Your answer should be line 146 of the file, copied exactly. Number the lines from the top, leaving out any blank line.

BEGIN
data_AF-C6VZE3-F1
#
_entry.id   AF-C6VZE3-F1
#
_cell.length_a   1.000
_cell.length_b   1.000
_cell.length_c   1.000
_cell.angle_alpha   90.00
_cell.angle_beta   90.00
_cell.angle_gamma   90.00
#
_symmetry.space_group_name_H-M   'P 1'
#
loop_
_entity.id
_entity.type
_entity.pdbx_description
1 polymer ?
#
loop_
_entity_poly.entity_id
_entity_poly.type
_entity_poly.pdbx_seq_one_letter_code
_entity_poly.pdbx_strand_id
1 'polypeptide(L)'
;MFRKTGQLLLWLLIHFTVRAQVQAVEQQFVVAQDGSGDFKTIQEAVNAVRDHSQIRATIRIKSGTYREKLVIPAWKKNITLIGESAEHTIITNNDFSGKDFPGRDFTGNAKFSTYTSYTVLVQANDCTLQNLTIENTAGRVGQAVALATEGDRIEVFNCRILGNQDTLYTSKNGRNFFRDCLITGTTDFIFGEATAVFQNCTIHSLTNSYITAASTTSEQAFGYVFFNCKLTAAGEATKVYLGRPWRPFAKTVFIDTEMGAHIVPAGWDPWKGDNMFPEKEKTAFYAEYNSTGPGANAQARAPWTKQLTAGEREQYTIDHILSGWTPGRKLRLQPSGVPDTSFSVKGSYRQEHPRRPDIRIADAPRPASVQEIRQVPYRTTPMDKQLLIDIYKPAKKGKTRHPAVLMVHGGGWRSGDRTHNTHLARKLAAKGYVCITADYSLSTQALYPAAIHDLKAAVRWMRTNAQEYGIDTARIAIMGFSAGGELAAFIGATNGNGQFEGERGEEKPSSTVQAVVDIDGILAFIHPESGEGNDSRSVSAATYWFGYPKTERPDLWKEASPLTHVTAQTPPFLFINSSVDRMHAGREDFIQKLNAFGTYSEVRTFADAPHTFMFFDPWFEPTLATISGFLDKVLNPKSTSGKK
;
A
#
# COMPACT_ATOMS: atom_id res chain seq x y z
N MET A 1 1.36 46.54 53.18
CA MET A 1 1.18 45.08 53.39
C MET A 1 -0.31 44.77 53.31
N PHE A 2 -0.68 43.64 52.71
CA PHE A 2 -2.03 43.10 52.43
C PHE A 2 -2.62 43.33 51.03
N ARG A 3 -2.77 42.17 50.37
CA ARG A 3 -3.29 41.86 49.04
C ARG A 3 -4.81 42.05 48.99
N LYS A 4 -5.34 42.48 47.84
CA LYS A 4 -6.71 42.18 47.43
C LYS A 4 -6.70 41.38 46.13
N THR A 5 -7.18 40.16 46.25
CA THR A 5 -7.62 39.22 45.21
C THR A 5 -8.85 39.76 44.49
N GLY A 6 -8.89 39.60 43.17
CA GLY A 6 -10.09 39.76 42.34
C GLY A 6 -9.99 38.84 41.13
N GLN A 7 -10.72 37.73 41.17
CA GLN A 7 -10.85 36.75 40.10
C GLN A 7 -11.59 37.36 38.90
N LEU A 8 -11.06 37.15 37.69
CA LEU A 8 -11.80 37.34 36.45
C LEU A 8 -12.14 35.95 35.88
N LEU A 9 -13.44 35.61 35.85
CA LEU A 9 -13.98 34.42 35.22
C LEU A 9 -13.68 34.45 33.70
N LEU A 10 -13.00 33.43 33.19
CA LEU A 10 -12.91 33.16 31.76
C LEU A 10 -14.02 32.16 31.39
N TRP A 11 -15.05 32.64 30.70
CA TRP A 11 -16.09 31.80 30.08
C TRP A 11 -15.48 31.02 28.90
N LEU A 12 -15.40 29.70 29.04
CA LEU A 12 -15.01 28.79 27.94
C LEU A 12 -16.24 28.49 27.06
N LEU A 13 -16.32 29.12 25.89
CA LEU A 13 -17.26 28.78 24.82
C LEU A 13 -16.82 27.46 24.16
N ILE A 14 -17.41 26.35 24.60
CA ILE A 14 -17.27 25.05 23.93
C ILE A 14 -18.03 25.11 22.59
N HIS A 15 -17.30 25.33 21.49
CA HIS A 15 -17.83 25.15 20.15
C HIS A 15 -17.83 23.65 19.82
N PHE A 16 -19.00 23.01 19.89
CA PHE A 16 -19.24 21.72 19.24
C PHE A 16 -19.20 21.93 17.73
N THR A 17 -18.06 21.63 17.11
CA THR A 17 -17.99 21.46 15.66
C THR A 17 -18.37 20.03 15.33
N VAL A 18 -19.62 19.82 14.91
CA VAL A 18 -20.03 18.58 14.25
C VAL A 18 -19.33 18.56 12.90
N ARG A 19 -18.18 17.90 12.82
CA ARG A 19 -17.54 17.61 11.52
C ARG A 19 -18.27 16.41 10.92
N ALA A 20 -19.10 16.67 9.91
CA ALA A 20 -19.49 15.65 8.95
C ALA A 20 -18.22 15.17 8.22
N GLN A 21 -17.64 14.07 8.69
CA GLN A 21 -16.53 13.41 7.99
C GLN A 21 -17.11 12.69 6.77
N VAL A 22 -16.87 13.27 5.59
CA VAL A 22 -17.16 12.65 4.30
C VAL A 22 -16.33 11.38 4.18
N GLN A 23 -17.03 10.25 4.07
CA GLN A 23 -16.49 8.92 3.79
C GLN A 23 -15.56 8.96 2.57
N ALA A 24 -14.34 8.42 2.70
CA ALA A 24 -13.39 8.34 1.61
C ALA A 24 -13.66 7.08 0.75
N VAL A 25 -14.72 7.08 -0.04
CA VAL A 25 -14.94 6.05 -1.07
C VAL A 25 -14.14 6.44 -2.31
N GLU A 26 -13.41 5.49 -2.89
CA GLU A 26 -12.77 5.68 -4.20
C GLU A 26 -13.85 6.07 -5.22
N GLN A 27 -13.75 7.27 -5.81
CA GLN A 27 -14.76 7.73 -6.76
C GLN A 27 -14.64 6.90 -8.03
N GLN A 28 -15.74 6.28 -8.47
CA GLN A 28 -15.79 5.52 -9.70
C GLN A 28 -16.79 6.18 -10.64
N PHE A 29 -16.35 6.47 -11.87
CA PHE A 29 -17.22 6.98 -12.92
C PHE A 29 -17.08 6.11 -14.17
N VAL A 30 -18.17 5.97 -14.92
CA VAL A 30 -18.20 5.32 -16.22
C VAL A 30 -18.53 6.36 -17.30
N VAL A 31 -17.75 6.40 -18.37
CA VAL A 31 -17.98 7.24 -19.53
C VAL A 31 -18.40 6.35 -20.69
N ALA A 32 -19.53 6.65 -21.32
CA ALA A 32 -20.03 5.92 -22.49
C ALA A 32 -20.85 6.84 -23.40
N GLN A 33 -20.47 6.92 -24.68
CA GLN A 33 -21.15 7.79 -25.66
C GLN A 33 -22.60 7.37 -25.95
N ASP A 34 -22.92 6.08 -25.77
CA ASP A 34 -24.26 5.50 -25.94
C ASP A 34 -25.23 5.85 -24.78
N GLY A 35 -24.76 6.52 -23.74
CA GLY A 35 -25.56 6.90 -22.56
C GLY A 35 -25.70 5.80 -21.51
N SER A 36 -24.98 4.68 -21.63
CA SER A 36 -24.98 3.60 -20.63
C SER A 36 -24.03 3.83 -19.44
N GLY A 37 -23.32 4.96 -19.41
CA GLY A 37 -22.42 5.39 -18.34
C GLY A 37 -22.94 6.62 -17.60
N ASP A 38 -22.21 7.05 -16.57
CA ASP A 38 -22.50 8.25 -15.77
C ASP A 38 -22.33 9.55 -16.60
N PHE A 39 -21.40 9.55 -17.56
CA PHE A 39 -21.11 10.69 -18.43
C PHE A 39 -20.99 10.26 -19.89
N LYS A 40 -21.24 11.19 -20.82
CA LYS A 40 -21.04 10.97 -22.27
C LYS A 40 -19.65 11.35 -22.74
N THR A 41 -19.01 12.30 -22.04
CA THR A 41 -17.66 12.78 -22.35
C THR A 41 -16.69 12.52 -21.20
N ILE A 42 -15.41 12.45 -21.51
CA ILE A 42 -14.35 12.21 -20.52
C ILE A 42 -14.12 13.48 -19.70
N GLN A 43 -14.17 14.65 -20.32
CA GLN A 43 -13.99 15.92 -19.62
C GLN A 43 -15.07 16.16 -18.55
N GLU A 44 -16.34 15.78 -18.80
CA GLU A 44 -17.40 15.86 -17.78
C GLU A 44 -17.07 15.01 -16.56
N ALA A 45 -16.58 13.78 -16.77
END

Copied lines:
CA PHE A 39 -21.11 10.69 -18.43